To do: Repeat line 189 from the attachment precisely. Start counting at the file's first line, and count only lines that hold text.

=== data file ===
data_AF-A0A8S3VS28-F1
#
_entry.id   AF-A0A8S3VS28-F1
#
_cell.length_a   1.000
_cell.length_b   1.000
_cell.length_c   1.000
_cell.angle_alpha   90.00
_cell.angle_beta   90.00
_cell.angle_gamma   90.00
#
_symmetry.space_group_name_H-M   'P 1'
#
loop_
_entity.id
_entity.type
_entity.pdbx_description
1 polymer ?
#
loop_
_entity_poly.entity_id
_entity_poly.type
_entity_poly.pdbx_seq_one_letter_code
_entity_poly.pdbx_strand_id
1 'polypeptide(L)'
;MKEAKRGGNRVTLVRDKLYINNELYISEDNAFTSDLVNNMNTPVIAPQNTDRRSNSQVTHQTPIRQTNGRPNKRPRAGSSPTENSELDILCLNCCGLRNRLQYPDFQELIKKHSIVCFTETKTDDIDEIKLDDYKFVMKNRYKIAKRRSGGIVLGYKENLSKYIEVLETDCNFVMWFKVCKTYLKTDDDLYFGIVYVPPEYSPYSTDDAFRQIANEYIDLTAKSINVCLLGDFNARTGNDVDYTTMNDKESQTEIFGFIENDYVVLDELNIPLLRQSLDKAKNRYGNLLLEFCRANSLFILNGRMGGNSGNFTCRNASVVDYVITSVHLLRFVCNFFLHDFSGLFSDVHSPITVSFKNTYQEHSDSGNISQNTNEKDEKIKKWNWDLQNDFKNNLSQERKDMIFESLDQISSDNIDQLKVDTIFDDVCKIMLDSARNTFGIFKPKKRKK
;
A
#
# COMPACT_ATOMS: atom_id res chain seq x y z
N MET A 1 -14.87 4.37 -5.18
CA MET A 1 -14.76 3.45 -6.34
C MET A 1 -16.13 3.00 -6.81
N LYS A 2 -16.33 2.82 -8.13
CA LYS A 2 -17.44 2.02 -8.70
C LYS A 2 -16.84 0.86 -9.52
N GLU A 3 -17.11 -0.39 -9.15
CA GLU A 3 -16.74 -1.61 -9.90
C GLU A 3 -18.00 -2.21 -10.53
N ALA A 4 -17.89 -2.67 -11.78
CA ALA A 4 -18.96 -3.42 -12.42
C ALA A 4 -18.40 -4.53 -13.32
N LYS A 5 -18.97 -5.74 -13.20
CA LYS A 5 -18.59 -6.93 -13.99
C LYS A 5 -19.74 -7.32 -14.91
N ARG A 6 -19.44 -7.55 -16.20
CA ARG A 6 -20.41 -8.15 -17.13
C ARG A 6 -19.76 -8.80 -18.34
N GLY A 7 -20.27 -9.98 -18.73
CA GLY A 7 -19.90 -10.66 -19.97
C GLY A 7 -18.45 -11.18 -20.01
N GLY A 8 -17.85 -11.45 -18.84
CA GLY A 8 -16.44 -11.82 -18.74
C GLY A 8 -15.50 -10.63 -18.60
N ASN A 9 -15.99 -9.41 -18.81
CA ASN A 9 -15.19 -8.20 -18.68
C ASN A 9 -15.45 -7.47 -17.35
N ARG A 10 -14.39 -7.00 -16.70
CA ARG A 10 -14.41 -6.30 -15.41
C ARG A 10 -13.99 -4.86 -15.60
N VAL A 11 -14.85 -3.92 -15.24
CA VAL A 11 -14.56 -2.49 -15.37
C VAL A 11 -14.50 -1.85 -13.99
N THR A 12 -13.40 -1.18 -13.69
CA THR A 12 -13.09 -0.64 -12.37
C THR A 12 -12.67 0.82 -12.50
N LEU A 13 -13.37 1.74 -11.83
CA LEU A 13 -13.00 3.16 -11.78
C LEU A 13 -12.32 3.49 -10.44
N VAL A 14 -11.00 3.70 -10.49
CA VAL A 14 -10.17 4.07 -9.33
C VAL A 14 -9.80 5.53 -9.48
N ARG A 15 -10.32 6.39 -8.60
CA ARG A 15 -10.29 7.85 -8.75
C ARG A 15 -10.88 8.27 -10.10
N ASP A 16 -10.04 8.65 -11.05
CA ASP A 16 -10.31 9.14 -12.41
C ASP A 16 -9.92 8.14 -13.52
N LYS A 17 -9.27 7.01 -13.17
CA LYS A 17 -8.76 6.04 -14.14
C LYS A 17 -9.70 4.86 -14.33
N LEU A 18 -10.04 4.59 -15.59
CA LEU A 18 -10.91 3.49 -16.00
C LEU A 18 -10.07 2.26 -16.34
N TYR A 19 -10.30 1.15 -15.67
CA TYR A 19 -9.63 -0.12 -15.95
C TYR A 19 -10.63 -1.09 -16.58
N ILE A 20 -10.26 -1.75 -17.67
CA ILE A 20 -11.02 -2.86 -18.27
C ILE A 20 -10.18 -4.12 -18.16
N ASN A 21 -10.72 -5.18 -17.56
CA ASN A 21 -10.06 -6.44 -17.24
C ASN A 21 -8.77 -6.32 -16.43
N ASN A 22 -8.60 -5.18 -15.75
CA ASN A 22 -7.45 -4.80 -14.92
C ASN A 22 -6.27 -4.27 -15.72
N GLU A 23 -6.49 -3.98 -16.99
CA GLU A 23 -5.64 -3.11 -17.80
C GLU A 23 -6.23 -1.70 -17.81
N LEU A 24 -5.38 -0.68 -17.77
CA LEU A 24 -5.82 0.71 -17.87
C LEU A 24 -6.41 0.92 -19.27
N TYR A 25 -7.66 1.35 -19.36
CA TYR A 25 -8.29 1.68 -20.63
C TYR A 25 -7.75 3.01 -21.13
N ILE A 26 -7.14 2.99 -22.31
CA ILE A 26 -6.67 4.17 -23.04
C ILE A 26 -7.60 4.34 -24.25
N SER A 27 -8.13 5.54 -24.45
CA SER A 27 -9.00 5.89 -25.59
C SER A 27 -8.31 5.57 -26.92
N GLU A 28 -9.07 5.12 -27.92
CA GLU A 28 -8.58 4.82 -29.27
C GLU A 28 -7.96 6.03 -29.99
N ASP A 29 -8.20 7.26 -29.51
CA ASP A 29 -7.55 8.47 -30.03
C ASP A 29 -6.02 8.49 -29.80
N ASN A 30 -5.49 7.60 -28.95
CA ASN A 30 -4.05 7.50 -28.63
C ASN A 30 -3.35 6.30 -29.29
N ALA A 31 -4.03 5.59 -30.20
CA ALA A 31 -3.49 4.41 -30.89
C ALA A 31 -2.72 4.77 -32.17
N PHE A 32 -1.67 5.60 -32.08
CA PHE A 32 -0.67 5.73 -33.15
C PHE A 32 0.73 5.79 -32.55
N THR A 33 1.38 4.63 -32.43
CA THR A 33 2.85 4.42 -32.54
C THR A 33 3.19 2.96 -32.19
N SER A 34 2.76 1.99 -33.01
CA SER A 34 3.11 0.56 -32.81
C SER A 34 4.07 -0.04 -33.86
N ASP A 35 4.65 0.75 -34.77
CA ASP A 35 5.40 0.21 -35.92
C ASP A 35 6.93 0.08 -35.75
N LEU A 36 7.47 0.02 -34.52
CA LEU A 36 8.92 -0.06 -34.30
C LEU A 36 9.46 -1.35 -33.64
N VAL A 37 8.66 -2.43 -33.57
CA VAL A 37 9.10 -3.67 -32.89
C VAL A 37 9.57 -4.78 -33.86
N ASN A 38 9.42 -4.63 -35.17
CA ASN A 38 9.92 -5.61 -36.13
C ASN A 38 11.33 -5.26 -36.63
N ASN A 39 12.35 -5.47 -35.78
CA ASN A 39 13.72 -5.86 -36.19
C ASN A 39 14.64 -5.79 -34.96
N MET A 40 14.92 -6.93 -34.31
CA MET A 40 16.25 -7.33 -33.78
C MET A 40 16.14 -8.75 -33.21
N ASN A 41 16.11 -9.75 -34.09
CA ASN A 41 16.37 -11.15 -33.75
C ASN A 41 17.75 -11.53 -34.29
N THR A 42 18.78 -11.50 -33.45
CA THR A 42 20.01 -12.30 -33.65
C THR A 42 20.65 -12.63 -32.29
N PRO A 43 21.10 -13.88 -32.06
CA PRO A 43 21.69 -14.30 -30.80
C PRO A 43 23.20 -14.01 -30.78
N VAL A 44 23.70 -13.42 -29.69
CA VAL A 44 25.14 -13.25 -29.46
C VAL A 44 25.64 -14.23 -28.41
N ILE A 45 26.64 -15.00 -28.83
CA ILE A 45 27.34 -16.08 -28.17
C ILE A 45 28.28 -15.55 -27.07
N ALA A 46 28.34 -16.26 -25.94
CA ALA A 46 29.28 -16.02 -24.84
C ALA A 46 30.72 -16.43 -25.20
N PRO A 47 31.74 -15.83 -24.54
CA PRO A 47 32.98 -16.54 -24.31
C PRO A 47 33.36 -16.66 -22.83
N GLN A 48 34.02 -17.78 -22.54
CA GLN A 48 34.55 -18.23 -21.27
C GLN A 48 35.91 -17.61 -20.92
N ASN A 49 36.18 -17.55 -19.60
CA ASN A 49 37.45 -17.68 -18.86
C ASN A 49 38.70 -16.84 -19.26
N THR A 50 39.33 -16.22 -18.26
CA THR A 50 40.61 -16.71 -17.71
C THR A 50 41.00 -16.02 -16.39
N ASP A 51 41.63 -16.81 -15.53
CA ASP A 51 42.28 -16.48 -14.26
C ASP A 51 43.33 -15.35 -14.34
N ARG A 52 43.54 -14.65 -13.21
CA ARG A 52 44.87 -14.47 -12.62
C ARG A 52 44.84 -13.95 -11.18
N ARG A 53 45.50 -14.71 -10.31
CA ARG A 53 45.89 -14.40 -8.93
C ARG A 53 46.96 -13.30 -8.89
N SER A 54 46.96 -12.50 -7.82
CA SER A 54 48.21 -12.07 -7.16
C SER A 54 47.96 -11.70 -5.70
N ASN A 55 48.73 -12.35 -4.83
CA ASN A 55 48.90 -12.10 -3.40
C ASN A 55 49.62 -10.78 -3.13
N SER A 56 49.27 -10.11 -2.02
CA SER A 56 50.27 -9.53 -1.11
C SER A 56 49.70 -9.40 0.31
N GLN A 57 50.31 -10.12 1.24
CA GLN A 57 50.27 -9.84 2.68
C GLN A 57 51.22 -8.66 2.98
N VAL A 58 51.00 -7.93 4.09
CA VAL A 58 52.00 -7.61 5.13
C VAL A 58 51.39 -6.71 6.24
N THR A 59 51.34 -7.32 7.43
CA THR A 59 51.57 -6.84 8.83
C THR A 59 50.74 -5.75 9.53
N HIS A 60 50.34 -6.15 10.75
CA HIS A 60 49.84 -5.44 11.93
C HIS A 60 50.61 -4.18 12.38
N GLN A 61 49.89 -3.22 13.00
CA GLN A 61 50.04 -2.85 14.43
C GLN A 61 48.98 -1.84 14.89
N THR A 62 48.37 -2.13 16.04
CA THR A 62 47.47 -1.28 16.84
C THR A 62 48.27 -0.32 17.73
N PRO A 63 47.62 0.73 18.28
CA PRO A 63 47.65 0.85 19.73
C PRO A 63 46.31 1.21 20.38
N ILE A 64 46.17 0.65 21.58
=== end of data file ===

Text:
C ARG A 53 46.96 -13.30 -8.89